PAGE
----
“What does it take to get your leaders to support an elearning effort? By building a business case and not trying to sell them using a fancy learning evaluation methodology!”
In Canada there’s a saying, “wait a minute and the weather will change’. The same can be said about learning experts and elearning. Wait a minute and you know someone will publish an article proposing another ‘miracle’ solution guaranteeing leadership support. While there may be elements of truth to some pitches most experts fail to provide a credible method to ensure sustainable leadership support.
If you’re looking for a quick fix or magic formula with fancy learning jargon that’s more fad than a proven process then stop reading! You won’t find it here because gaining leadership support is more than a quick fix.
But here’s the deal. Would it be a surprise that the answer to getting leadership endorsement is right in front of you? Seriously. No magic formula. No fancy talk. No re-invented, revolutionary, biased methodologies. Just a straight up, no frills, undisputed method that will get any business leader to listen and take you seriously.
You’re probably sarcastically saying, “Ya, right! Nothing is that simple…the answer is never obvious”. Your scepticism is justified. But it’s about presenting, supporting, and clearly communicating a financially sound business case. As you can see, the answer is obvious but certainly not simple.
Surprisingly, practitioners ignore the business component at their own peril. It’s never acknowledged but learning is a business within the business. Ultimately, leaders didn’t hire you for your business acumen. But simply ignoring this fact won't get leaders to take you seriously. Since L&D is a business function they do expect you to be business literate.
This article is not ‘our’ or ‘a’ methodology. It’s not even a methodology. It’s understanding how to apply widely accepted business principles and financial guidelines to your elearning efforts. Trust us, you’ll never convince leaders with fancy L&D evaluation methodologies. Rather, the first step is to make friends with someone in your organization’s finance department.
How Leaders See Elearning
Let’s first define how leaders see elearning internally. This is tricky because instinctively leaders see elearning as two components: the “E” component and the “Learning” component.
First, leaders consider the “E” as long-term tangible item, specifically the technology infrastructure that supports learning. This is what leaders typically refer to as the learning investment. For the purpose of this article technology are tools (e.g. LMS, mobile devices, software, tech hardware) used to deploy and deliver learning.
Second, leaders consider the “learning” component as primarily intangible. As such, it’s not an investment but rather a period expense. Many of you are now screaming, “Yes! Learning is an investment!” Don’t take offence. A period expense is how leaders financially treat learning to account for it properly. Learning’s an expense since leaders place value on how it improves performance and not solely on financial accountability.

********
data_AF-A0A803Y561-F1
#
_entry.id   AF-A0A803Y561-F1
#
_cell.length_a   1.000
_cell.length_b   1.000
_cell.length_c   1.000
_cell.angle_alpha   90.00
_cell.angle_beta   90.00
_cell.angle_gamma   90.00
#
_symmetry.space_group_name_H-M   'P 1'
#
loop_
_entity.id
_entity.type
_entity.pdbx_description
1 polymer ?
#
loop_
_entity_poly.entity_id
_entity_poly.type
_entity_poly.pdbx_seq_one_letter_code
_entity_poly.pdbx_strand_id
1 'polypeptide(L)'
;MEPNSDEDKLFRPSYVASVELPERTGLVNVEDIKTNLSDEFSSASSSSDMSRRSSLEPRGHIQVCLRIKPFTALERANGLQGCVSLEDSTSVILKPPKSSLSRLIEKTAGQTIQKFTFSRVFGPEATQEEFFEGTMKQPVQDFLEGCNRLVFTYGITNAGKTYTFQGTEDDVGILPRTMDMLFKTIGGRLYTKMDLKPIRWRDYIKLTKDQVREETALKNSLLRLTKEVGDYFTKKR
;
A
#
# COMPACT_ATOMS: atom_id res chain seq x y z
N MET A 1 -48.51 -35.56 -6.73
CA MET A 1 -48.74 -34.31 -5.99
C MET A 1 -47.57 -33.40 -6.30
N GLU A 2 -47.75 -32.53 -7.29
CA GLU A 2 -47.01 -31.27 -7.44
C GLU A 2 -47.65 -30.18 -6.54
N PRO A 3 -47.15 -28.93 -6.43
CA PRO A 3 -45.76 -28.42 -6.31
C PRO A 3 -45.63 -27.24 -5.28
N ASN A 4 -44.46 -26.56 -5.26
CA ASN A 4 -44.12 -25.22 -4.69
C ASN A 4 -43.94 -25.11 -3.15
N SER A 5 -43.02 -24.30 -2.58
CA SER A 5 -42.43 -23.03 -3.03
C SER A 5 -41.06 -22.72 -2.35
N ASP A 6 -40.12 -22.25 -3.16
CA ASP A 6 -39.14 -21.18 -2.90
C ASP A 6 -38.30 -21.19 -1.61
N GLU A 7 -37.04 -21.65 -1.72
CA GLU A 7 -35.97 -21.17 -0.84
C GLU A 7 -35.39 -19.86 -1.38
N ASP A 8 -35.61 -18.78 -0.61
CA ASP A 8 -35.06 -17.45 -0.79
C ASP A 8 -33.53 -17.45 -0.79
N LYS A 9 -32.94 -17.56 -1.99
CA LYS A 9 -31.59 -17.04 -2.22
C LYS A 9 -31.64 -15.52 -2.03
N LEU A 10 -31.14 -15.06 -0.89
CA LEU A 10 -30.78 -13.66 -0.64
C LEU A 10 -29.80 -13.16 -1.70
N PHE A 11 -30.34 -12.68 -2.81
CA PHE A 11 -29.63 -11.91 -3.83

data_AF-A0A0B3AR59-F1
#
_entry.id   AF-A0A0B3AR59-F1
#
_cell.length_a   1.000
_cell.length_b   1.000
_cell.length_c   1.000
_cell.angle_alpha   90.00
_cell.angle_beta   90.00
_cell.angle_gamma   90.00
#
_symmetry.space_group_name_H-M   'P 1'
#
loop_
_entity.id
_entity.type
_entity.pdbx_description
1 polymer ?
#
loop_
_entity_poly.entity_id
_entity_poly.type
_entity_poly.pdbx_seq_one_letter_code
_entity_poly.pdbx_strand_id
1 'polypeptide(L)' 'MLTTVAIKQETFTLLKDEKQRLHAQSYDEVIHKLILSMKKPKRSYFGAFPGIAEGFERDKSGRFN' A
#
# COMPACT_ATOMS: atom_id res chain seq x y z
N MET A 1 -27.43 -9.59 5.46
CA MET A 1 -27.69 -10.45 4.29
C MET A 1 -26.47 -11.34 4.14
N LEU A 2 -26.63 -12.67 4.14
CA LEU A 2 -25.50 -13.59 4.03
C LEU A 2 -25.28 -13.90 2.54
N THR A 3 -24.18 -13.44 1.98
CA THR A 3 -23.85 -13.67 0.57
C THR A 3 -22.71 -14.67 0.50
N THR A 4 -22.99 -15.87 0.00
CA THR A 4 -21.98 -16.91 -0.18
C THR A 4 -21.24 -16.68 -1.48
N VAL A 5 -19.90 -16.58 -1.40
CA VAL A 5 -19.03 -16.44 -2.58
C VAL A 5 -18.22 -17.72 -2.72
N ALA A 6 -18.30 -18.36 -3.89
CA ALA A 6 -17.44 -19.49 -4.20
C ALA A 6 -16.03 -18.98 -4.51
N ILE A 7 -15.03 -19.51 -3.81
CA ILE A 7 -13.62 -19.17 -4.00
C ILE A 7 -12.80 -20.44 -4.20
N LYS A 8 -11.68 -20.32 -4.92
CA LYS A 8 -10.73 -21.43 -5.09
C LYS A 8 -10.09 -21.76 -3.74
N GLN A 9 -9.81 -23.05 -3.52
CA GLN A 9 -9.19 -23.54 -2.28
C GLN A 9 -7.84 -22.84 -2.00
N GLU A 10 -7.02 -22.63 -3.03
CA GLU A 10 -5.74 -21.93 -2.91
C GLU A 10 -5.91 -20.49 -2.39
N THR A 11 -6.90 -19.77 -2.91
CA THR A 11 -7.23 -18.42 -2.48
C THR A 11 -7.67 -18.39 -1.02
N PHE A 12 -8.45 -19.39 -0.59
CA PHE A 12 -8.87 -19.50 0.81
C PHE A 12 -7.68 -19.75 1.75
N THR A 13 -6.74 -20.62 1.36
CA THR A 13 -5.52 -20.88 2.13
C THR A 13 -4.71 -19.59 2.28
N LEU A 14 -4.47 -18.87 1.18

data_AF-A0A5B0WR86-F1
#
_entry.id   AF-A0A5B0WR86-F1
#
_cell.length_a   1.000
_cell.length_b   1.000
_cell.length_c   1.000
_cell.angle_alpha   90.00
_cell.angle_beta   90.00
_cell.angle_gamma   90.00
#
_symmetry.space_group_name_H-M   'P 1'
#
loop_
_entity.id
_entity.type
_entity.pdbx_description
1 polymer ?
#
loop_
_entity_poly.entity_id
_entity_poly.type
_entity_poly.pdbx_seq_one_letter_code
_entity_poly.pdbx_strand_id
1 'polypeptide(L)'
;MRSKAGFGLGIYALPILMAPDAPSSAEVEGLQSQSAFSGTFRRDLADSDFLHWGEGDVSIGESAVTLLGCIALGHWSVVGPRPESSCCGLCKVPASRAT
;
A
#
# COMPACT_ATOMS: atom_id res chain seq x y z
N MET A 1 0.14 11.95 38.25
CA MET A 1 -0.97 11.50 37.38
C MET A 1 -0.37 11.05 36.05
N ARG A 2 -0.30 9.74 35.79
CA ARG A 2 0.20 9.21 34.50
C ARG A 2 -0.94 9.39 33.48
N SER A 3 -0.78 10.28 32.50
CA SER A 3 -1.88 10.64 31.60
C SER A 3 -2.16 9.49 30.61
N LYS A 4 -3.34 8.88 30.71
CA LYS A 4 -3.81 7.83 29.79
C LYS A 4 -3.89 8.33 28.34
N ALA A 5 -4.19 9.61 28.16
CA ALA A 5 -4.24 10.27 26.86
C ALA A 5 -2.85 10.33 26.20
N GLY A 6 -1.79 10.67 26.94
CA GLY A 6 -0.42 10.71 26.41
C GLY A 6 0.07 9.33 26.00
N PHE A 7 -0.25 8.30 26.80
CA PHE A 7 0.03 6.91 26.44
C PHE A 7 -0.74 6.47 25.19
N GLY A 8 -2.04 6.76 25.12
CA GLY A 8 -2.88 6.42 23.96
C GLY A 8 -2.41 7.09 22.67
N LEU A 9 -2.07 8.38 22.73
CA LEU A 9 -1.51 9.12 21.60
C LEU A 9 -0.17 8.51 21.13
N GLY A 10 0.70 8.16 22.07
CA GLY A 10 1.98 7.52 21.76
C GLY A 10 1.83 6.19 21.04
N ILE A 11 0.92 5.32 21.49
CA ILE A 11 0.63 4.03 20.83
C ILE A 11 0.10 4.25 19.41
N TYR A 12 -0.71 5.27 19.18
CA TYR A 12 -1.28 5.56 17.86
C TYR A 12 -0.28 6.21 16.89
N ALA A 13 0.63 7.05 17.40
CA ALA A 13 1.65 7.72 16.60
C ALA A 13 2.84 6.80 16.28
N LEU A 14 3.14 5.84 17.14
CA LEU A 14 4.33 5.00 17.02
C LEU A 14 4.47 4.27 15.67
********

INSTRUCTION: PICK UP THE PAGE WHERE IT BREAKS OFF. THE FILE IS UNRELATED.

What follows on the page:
Two Worlds of Accountability
Leaders must consider and weigh two elements in their business decisions: 1) quantitative (financial) and, 2) qualitative (non-financial).
Practitioners fail to respect the financial implications of their learning investment proposal. When the financial topic comes up many LD people say, “Yup, this is where it all falls apart!” It’s not that your leaders don’t want to give money but more about how you present a business case.
First, lets address the financial aspect. Practitioners quickly interchange training investment with expense and this is where they get into trouble. If you start throwing the ‘investment’ term around then it has to mean the same to your leaders. Their capital investment decision is about how your elearning infrastructure (tangible items) and its operational support requirements contribute to long-term organizational growth.
The second element is to measure the non-financial aspect of the elearning capital investment. Leaders expect you to leverage the investment (e.g. technology and equipment) to improve the organizations overall performance. Essentially, the learning employees acquire through the infrastructure must demonstrate improving business performance that will indirectly lead to positive financial results. This is the purpose of an expense.
Naturally, one article will not turn anyone into a business expert. But one article will help you to realize the business relevance for elearning. Learning can never be assessed in a vacuum especially when leaders must make critical resource allocation decision.
Rather than convincing your leaders about the learning benefits for an elearning investment speak to them about the business case. Show them evidence, both quantitatively and qualitatively in terms they recognize, and to gain their attention. Learning bores; business excites. So, start being exciting.
Last But Not Least
If you enjoyed this article, please visit our recent LinkedIn Learning (Lynda.com) Gaining Internal Buy-in For eLearning course or our Train-the-Trainer course designed for both recent and seasoned trainers.
When it comes to what leaders expect, don’t always believe what you hear. Recognize how leaders perceive training’s role within the organization and what they expect. They know training is essential, but it’s up to you to prove them right. This is your time to shine. #alwaysbelearning
Ajay M. Pangarkar CTDP, CPA, CMA,
Teresa Kirkwood CTDP